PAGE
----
George Washington was the first president to call out the militia in 1794 (just before the 1792 act expired) to put down the Whiskey Rebellion in Western Pennsylvania. Washington issued a proclamation on August 7, 1794 that invoked the act and called out 13,000 militiamen to put down the rebellion.
Congress passed the Militia Act of 1795, which by and large mirrored the provisions of the expired 1792 Act, but made the president’s authority to call out the militias permanent.
The Militia Act of 1808 provided funding for arms and equipment to state militias. The Militia Act of 1795 was in turn amended by the Militia Act of 1862, which allowed African-Americans to serve in the militias.
The 1792 and 1795 acts left the question of state versus federal control of the militia unresolved. In consequence, the federal government could not consistently rely on the militias for national defense. For example, during the War of 1812, members of the New York militia refused to take part in operations against the British in Canada, arguing that their only responsibility was to defend their home state. On another occasion, the Governor of Vermont unsuccessfully attempted to recall his state's militia from the defense of Plattsburgh, claiming that it was illegal for them to operate outside Vermont.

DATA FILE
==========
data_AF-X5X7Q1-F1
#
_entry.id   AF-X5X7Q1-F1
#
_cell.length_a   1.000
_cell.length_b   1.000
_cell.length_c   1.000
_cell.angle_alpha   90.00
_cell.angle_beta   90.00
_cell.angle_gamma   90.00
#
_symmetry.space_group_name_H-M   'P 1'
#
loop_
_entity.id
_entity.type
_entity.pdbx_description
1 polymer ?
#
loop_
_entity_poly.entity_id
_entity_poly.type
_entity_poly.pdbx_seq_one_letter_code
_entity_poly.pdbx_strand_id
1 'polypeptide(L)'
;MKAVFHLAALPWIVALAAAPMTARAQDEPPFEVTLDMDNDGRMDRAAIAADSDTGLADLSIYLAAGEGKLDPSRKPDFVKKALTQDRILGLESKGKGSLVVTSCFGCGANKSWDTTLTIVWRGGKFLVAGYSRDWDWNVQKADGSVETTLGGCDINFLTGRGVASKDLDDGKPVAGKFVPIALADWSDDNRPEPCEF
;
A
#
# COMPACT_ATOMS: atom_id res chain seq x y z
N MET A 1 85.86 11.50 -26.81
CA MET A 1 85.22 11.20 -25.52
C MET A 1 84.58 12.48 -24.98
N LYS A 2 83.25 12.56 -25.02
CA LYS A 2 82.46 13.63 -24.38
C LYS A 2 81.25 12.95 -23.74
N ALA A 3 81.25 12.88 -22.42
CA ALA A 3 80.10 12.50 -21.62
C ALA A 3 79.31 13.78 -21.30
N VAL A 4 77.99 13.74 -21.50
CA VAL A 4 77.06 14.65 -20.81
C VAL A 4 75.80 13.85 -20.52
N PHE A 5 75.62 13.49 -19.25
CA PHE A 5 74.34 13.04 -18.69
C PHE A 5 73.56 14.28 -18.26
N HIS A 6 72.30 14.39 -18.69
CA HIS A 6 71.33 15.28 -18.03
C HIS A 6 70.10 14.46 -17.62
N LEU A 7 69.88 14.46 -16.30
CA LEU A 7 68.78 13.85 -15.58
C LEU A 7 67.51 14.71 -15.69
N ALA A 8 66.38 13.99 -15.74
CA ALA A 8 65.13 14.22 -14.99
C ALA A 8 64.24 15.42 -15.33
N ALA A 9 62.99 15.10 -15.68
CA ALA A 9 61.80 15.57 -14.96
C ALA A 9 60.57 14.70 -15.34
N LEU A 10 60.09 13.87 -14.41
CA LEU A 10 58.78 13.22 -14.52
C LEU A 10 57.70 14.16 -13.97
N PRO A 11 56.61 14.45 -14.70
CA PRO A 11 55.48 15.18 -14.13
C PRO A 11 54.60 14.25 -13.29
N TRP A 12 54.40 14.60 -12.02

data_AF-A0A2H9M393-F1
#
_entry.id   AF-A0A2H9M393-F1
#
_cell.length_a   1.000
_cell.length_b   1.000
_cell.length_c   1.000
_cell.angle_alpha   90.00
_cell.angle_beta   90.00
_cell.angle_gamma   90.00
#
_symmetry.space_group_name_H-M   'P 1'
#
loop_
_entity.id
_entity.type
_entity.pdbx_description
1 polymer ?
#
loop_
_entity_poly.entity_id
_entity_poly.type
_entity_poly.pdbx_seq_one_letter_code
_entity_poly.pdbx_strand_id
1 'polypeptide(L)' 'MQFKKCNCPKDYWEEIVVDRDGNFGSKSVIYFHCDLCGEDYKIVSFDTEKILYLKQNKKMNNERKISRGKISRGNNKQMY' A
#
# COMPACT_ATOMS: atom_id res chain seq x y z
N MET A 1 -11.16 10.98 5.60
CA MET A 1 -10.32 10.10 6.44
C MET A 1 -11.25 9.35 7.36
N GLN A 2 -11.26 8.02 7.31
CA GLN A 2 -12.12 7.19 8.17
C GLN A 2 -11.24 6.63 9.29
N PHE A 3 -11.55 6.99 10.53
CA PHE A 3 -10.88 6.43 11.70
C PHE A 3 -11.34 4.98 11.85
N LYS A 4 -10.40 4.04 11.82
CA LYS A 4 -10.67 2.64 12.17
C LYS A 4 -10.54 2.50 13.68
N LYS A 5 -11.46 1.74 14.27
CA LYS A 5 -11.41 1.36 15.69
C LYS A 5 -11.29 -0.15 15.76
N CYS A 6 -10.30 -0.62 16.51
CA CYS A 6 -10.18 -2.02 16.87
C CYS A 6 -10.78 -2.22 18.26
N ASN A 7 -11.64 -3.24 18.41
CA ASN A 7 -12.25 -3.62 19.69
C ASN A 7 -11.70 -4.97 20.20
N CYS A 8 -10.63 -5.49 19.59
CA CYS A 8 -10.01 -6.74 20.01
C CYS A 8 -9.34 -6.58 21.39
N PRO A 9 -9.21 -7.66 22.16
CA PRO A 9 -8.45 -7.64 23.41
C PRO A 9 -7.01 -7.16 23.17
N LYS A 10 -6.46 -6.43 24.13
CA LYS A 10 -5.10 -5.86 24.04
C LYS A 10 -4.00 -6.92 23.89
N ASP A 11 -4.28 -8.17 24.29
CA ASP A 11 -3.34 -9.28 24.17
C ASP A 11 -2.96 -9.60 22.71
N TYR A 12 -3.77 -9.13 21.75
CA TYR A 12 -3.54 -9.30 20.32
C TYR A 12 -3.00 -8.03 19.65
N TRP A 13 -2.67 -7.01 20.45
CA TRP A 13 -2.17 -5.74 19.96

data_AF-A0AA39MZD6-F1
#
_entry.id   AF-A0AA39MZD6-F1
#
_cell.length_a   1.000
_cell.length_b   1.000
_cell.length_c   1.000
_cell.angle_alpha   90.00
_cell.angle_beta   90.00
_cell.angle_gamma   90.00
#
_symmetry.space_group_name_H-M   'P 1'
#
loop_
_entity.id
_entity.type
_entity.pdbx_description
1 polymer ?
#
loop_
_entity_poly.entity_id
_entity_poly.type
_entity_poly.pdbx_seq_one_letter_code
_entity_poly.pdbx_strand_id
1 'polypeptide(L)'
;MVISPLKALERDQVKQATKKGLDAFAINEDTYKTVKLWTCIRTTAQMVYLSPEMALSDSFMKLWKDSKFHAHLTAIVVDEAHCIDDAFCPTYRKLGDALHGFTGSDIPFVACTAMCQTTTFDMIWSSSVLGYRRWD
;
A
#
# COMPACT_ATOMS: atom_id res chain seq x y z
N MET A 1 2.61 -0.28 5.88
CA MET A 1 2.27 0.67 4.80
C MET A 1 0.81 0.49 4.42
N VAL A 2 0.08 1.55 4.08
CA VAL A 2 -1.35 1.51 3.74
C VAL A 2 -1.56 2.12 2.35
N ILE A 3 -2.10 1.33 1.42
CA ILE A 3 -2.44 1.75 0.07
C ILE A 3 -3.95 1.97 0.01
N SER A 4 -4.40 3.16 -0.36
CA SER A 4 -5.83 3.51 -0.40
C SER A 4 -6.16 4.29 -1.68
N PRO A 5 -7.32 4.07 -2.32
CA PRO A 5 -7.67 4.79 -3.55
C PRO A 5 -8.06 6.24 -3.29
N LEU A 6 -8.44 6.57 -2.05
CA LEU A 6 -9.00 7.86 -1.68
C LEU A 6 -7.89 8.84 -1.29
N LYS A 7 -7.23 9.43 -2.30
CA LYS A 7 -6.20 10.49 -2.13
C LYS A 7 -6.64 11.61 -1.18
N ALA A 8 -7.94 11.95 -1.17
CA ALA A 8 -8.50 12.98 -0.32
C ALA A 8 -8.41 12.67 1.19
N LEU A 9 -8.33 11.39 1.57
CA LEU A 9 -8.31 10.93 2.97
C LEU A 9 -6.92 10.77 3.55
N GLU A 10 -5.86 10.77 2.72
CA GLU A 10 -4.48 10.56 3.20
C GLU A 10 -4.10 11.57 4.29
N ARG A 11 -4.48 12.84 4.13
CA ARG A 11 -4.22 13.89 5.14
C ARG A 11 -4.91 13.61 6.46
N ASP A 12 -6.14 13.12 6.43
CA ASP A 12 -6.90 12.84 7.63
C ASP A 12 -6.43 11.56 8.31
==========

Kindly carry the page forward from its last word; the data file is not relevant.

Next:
As a result, starting with the War of 1812, the federal government would create "volunteer" units when it needed to expand the size of the regular Army. These volunteer units were not militia, though often they would consist of whole militia units which had volunteered en masse, nor were they part of the regular Army. They did, however, come under direct federal control. This solution was also employed during the Mexican–American War (1846–48), and in the Union Army during the American Civil War (1861–65). Some volunteer units were also organized during the Spanish–American War (1898). The federal government also mobilized several National Guard units which volunteered en masse and were accepted as volunteer units.
The 1795 act was superseded by the Militia Act of 1903, which established the United States National Guard as the chief body of organized military reserves in the United States.